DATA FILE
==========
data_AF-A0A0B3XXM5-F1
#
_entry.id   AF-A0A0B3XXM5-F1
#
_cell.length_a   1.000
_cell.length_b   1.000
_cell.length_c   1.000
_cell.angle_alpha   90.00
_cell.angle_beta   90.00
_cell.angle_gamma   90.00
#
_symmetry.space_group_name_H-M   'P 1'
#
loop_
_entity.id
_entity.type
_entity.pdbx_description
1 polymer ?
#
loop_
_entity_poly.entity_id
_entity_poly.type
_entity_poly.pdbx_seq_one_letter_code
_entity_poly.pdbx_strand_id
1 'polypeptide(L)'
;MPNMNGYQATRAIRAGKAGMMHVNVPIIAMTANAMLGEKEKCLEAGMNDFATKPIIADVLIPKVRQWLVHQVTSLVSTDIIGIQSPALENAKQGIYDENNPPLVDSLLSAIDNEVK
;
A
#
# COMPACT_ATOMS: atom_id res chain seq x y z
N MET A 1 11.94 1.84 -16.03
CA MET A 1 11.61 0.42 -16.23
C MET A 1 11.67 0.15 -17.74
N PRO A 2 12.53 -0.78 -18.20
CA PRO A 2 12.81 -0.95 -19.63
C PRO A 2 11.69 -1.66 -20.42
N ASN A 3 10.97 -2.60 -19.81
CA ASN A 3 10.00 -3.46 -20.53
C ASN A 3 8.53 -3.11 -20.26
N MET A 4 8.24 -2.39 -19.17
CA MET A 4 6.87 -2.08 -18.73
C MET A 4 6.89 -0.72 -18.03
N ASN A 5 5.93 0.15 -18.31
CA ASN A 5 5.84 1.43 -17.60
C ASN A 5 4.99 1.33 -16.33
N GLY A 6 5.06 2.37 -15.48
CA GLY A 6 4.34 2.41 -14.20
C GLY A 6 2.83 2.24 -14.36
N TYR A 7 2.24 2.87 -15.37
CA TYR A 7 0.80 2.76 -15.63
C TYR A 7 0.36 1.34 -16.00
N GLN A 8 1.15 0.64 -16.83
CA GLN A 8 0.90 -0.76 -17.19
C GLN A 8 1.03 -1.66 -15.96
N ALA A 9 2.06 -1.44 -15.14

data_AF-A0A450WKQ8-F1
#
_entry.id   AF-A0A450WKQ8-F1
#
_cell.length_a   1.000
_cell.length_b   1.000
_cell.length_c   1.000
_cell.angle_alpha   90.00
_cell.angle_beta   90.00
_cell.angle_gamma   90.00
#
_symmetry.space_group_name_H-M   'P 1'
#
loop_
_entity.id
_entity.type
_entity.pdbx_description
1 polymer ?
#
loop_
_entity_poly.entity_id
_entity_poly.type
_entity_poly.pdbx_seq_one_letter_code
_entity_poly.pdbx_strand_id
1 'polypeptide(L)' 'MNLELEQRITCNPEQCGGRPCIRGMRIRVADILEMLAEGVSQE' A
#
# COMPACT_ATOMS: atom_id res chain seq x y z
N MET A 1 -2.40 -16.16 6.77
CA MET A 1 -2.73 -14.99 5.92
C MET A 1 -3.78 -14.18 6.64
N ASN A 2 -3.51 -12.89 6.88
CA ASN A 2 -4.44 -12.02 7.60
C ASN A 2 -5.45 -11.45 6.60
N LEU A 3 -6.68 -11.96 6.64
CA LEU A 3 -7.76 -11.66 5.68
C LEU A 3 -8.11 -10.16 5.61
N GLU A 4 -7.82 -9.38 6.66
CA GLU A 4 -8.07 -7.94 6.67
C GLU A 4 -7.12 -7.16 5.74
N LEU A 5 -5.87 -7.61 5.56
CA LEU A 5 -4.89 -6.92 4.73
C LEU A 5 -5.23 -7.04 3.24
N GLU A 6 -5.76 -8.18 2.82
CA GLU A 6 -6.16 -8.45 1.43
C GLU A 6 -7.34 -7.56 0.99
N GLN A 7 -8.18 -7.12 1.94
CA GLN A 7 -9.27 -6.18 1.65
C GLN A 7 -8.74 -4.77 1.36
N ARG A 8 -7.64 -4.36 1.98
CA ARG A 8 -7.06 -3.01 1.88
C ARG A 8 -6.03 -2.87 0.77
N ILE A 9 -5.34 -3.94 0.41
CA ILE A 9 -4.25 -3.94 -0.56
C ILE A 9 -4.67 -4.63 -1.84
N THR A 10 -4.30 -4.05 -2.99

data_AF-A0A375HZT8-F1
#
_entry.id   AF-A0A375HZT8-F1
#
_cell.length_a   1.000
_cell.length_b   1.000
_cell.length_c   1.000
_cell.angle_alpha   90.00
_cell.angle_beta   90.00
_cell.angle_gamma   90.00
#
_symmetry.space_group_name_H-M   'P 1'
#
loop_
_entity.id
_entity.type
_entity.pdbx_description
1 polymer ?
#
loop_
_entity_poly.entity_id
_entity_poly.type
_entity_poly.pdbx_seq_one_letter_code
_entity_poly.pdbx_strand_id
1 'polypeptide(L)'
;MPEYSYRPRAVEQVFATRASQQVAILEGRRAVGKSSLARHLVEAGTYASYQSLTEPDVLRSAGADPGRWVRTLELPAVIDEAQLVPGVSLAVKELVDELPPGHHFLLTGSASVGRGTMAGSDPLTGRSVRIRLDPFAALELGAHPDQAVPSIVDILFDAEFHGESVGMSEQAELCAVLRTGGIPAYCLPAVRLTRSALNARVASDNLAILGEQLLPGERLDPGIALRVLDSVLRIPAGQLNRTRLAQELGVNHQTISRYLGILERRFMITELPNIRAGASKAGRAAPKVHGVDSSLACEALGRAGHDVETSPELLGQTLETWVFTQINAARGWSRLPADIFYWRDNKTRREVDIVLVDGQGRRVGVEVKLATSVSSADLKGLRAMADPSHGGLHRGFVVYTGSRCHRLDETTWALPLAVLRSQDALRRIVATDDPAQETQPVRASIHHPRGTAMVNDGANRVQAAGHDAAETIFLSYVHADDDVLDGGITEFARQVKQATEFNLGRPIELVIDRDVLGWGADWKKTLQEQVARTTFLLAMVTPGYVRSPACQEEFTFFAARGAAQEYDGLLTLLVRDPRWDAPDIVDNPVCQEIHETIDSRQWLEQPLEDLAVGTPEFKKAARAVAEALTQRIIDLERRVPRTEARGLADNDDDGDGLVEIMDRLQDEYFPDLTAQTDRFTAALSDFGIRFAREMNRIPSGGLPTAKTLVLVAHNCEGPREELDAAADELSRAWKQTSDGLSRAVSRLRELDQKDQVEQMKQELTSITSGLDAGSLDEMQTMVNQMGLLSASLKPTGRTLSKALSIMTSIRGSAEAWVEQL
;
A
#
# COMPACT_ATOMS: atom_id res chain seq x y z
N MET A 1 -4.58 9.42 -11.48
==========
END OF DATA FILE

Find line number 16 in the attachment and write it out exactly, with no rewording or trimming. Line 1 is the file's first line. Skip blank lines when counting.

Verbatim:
_entity.type